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Categorisation of women novelists

I understand that it's not the easiest for non-editors to figure out how to climb over into the "behind-the-scenes" area on here to discuss things they find inappropriate and to raise concerns. However, Ms. Filipacchi has demonstrated cluefulness in that she figured out how to find out if articles have been removed from categories. I don't see any attempt from her to contact anyone on here, via the article's talk page or any other page (including the talk pages of the two categories in question). I understand that Ms. Filipachhi feels like an outsider, but it really would have been more appropriate (and less dramatic for all of us) is she had attempted to engage with the community first. Likely someone would have hopped on over to WP:GENDERCAT and gone "Oh hey, removing those people from that category was against guidelines!" Maybe consensus would have gone the way of re-adding the category to the pages, or maybe we would have had an RfC that changed our guidelines.
Now to address Ms. Filipacchi's accusation of "revenge editing". Here's the diff between the article before Ms. Filipacchi wrote her op-ed and how it stands as I write this comment. It's gone from 7,007 bytes to 10,903 bytes. It now has good formatting, the prose is more encyclopedic and it has good references and the inappropriate external links are gone. It's a given that her article would receive attention after what's been going on. Prose has been removed and rewritten, but none of it has been to get revenge on Ms. Filipachhi. I see edits that have been to improve the quality and tone of an article that has had a sudden uptick in attention. It would be really nice if we could just all sit down and talk it out without the angry emotions getting in the way.
TL;DR: Nobody gets off scot-free here (but nobody gets huge amounts of the blame either); I have two X chromosomes and a vested interest in gender equality and I don't view this as sexism; and as a very wise and very funny woman once wrote, "I wish I could bake a cake filled with rainbows and smiles and everyone would eat and be happy." Cheers, — Preceding signed comment added by Cymru.lass (talkcontribs) 14:18, 4 May 2013 (UTC)Reply[reply]
Dkreisst, I apologize for forgetting that irony is poorly conveyed in this medium. I didn't actually mean to give the impression that I would want to have "Men's Studies" departments in universities. I do indeed recognize that women were not given their due prior to the 1960s (or 70s or 80s, depending on the region and school). My point would be that, rather than creating women's studies as a separate entity in the university, that this problem would have been better addressed by forcing inclusion within the canon of women's literature and historical and scientific (and other) contributions. Essentially, the creation of Women's Studies sends the message that separate is equal, i.e, it creates a modern-day gender based Plessy v. Ferguson situation. Had women been given the right to sit anywhere on the bus, they would not today find themselves relegated to the back, in silly matters such as these categories. If equality is desired, then segregation is probably not the best idea. HuskyHuskie (talk) 07:31, 12 May 2013 (UTC)Reply[reply]
Hi HuskyHuskie, Thank you for the response. I would be better persuaded argument if the segregation that you mention were enforced and if women had not, themselves, worked so hard to create women's studies departments. Since the creation of women's studies does not mean that non-women's studies departments are forced to omit women's literature and history and other contributions from their curriculum, I see little separation and little correlation to Plessy v. Ferguson. Also, it seems that there has been little resistance to, and perhaps quite a bit of work done on, "forcing inclusion" of women's contributions into non-women's studies departments from those that created women's studies departments. If that had worked as well as they hoped it would, perhaps they wouldn't have felt they needed their own department. Clearly, though, that was not the case. Finally, I think I agree with your statement that, had women been "allowed to sit anywhere" in the past, that they would be today also be "allowed to sit anywhere". The question is, since they were not allowed to sit anywhere they wanted to in the past, what is the best way to ensure they will be able to someday in the future? Dkreisst (talk) 01:09, 13 May 2013 (UTC)Reply[reply]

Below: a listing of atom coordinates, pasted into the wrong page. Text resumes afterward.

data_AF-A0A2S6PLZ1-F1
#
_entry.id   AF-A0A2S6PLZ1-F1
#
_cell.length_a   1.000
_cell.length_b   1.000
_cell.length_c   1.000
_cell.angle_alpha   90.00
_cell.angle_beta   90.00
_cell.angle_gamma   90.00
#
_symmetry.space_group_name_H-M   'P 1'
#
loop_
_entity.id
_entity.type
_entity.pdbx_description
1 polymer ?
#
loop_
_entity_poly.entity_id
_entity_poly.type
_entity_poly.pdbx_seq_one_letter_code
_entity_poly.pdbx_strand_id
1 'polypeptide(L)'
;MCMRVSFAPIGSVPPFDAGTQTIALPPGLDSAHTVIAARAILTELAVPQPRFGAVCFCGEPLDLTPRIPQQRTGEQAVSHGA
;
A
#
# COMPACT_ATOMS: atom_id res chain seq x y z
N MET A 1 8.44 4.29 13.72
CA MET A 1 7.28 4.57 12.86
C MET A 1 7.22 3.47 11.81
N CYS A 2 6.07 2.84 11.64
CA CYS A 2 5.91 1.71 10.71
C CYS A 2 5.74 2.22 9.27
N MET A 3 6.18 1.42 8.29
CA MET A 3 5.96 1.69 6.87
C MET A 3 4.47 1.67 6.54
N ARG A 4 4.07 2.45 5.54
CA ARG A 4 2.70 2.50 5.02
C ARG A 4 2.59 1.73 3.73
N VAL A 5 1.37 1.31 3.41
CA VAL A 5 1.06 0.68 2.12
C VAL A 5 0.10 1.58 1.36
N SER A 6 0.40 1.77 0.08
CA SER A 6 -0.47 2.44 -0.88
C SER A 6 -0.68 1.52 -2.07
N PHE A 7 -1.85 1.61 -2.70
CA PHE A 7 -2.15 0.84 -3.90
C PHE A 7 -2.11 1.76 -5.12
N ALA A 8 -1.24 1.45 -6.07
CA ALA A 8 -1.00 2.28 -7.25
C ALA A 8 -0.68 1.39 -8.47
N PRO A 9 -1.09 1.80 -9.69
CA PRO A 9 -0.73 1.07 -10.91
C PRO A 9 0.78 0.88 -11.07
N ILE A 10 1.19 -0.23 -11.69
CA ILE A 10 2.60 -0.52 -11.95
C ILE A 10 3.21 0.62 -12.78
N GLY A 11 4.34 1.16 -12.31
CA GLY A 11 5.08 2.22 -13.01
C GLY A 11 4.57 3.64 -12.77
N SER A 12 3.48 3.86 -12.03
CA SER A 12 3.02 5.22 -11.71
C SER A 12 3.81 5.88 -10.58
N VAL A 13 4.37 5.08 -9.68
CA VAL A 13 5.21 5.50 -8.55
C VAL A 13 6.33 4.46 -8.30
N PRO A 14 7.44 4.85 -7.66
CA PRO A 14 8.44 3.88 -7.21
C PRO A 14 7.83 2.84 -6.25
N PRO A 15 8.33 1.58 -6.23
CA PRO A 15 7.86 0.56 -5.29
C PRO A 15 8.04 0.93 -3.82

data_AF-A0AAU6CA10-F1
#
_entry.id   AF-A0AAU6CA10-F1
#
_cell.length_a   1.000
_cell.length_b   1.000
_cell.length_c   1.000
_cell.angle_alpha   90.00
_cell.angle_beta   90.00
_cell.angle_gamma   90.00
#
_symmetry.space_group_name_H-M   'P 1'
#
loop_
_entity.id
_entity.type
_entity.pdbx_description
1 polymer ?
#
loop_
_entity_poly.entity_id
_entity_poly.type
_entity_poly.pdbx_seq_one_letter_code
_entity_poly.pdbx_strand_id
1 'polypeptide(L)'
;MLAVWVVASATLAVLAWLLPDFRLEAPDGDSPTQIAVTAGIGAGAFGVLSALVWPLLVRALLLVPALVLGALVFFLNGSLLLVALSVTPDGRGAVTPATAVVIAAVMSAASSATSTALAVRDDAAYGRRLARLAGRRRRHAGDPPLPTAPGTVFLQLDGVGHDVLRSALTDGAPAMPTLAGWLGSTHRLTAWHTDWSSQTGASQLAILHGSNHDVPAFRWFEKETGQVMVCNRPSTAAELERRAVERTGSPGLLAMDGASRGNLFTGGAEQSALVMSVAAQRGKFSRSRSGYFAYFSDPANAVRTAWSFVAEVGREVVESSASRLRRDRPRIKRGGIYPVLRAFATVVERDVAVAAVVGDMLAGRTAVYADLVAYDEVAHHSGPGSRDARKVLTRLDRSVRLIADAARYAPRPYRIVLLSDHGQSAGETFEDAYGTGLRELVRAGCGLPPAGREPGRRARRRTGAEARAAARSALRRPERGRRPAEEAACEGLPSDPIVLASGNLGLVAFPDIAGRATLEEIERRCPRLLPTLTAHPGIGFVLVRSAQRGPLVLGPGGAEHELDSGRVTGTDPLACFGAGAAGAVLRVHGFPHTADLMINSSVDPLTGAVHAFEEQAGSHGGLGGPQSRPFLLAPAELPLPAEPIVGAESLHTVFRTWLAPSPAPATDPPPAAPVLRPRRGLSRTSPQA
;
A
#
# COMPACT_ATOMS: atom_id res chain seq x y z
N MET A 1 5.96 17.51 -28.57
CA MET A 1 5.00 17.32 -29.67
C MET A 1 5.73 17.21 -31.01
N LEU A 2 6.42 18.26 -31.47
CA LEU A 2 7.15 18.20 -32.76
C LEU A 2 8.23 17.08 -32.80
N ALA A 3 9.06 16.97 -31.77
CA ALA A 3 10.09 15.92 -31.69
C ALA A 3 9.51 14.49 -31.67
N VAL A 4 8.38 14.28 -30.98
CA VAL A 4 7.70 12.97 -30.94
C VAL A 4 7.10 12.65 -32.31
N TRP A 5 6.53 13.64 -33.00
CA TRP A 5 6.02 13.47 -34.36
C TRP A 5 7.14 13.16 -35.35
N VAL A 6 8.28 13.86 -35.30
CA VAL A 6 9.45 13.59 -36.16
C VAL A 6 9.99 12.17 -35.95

Well, your last point is the most important question to answer. I strongly believe that the path taken in the past, in creating segregated disciplines, while appearing expedient, have yielded a poor outcome, a ghettoized area of study. But it is here to stay, because you can hardly change it without being accused of "taking away from women" something peceived as important. So what should we do? Damned if I know. I think we're just cementing more and more divisions among people. Academia, which is where the greatest integration should exist, is becoming the most Balkanized part of American life. HuskyHuskie (talk) 04:54, 13 May 2013 (UTC)Reply[reply]
I recognize, Viriditas, that you had no way to know that you were not addressing a twelve-year old, so I suppose your patronizing comments should be chalked up to a good faith effort to enlighten a child. Suffice it to say that I walked the halls of academia before Women's Studies existed (at least at my university), so I'm well-versed in the rationale and development of women's studies. And while I respect the motives of those who created such courses and departments, you can see my comments above to User: Dkreisst to see why I feel such well-intended persons were nonetheless misguided. HuskyHuskie (talk) 07:31, 12 May 2013 (UTC)Reply[reply]

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